Of course, the media is going to report the news, facts, and the story itself. But at the same time, it can take responsibility in not splashing triggering images either online, TV or broadsheet.
“I have seen media houses showing a rope knot, bloody knife, syringes or chemical cans. These are deeply triggering images. They must be avoided because it gives people ideas to those already contemplating suicide. Some precaution must be maintained,” adds Tejas.
How Can The Media Be More Responsible?
In an illuminating thread on Twitter, the Centre for Mental Law & Policy, a Pune-based think tank laid down seven key guidelines on how the media should cover celebrity suicides:
1. Don’t promote suicide stories by placing them in the front pages of the newspaper or as a lead item for broadcast media.
2. Don’t give details about the method or location of any suicide death or attempt.
3. Suicide notes, text messages, social media posts, and emails of the deceased person and/or their family members should not be published.
4. Don’t speculate. Verify your facts from multiple sources when the reasons for a suicide death or attempt are not immediately clear.
5. Don’t reveal personal details about family members, the deceased person, or any person who has attempted suicide without their informed consent.
6. Don’t write of suicide deaths/attempts as horrific, unfortunate events. Open up your story by focusing on the celebrity’s life and their contribution to society.
7. Suicide is a largely preventable public health problem. There are several counselling services and helplines working across the country for this cause. Include these resources in your story/report.
Speaking to The Better India, an online content creator based out of New Delhi talks about how she seriously contemplated suicide after her boyfriend for six years abruptly broke up their engagement. She had joined a creators group online a couple of months back and vented her feelings there.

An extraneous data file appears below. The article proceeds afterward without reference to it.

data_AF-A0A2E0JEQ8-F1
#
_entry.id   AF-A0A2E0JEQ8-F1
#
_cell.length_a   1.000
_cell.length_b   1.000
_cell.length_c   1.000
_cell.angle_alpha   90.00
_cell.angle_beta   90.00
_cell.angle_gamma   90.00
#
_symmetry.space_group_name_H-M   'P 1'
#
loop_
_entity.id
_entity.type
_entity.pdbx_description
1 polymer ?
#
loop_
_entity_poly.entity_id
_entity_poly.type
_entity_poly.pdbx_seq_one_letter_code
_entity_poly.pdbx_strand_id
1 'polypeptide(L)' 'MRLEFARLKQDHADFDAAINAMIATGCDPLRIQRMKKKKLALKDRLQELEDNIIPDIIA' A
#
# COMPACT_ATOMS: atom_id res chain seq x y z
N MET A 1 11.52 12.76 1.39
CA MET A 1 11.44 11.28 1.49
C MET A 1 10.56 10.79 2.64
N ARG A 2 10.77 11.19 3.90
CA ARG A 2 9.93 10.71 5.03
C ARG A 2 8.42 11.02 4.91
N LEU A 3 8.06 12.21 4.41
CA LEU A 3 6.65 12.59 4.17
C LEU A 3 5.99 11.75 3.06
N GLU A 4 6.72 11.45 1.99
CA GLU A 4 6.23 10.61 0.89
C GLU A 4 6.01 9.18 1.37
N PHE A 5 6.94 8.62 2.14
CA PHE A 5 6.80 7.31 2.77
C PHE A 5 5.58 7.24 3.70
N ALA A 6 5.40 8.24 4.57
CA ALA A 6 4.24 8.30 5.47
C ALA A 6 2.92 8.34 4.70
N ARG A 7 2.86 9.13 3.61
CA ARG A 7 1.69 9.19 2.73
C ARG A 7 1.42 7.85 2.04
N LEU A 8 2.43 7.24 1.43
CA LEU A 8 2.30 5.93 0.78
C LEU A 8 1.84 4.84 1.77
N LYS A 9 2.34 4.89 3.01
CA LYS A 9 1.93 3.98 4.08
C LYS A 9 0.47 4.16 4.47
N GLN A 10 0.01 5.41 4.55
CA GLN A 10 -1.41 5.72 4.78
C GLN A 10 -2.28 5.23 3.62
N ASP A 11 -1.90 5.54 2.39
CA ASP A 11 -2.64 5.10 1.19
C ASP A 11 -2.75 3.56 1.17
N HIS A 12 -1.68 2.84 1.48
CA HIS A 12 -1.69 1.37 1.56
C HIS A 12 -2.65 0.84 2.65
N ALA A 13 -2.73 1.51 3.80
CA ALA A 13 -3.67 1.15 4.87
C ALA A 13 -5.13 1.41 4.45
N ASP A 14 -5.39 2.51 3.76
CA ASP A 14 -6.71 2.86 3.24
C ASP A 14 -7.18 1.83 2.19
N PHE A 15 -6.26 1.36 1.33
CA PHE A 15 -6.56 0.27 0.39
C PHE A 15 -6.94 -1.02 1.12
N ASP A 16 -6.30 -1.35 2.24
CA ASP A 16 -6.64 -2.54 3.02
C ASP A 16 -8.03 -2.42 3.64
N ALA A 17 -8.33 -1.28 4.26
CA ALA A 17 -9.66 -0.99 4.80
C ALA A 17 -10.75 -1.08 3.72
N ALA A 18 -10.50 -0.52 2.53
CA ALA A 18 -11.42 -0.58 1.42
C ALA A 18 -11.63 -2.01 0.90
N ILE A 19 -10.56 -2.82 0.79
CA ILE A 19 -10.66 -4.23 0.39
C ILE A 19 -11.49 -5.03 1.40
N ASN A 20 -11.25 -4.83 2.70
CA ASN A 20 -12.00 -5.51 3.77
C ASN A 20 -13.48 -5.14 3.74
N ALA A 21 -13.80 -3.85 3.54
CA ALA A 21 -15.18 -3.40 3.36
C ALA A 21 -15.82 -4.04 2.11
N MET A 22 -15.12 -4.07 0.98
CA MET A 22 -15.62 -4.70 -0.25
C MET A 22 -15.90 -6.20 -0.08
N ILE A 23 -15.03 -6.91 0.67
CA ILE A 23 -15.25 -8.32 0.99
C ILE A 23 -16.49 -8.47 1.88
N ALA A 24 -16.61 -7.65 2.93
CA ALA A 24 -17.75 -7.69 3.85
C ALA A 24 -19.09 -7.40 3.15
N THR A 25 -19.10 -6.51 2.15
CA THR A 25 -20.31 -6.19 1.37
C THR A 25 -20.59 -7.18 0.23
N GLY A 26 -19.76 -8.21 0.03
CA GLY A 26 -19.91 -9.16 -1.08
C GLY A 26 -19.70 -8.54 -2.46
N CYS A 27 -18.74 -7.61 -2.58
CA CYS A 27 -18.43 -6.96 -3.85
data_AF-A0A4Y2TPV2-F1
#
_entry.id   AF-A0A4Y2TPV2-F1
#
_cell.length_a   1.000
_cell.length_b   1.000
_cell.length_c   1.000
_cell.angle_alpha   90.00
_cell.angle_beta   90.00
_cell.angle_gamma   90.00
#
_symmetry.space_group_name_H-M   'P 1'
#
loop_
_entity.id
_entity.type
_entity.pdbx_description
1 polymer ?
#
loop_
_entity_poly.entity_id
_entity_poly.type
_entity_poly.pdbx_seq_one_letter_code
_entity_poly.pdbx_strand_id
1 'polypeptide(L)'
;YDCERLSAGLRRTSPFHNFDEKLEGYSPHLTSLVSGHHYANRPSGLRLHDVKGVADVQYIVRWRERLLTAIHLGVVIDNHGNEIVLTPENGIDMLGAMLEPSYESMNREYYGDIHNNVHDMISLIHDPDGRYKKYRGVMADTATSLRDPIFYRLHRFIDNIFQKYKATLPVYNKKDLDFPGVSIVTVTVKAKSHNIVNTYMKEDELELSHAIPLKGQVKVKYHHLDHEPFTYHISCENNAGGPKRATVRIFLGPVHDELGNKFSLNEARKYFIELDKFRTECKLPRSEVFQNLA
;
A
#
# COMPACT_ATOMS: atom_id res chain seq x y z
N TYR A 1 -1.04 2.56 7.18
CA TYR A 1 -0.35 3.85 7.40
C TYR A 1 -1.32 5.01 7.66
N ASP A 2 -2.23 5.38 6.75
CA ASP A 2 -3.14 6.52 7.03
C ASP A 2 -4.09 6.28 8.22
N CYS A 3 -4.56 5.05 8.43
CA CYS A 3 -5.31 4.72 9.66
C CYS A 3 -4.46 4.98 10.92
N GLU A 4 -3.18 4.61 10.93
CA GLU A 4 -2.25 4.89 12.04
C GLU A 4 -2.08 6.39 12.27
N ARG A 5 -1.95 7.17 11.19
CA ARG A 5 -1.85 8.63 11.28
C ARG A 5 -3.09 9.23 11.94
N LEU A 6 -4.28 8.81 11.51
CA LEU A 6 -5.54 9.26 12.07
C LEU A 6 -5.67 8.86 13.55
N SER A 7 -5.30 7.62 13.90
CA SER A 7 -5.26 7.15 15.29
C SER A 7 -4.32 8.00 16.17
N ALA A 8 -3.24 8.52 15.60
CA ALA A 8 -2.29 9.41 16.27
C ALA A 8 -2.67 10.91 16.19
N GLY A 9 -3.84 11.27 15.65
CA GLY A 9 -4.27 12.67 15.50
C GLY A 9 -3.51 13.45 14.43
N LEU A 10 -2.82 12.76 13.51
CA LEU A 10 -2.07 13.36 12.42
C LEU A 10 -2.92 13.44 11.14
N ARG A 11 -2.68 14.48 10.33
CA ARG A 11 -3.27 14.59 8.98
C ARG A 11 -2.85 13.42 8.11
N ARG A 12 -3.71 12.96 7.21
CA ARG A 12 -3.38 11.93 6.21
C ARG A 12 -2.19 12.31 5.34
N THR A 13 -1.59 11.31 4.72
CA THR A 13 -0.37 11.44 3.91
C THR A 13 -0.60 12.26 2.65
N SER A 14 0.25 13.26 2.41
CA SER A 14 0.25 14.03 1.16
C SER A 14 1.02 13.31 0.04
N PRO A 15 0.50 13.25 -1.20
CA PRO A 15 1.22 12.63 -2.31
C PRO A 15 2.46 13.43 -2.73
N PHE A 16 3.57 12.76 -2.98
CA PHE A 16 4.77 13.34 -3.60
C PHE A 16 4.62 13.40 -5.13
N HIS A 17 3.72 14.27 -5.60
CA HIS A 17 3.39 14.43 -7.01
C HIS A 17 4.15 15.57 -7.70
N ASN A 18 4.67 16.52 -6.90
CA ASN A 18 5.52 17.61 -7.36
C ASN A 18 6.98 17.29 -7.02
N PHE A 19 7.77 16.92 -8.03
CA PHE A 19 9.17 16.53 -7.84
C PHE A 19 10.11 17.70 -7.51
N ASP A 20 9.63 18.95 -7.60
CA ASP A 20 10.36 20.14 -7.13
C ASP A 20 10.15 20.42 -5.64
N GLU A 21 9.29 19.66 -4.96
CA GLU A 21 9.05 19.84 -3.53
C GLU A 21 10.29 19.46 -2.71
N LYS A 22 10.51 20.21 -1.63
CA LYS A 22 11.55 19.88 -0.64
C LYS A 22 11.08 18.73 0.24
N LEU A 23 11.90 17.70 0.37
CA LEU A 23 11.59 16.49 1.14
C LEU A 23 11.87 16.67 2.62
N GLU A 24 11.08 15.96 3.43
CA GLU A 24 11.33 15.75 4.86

In response, she received 500 messages from “amazing men and women” who are part of a larger online community.
“They talked me out of self-harm, gave me tips, made me realise why I am better off without him and helped me see that there were so many people going through similar situations because of the lockdown. They saved my life,” she says.
Reaching out can change a life—yours or someone else’s.
THREAD. Let me tell you abt some myths around #suicide & how you can save lives. #suicideprevention
MYTH 1: Talking about suicide is a bad idea, as it may be seen as encouragement
FALSE. Rather than encouraging suicide, talking openly helps prevent suicide. 1/n
— Dr Soumitra Pathare (@netshrink) June 30, 2019
Here are some suicide prevention helplines:
Mumbai: I Call- 022-25521111 (Monday to Saturday, 8 am to 10 pm), ASRA- 022-27546669,
The Samaritans Mumbai: 8422984528/842984529/8422984530 (5 pm to 8 pm on all days)
Bengaluru: Sahai – 080-24497777 (10 am to 8 pm)
Kochi: Maitri (0484-2540530), Chaithram (0484-2361160)
Kolkata: Lifeline Foundation – 033-24637401/32
Tamil Nadu: Sneha – 044-24640059
Delhi: Sanjivini Society for Mental Health- 011-40769002 (Monday to Saturday from 10 am to 7.30 pm)
Andhra Pradesh: 1Life – 7893078930
Telangana: Roshini (040-66202000)
Karnataka: Arogya Sahayavani – 144
(Edited by Vinayak Hegde)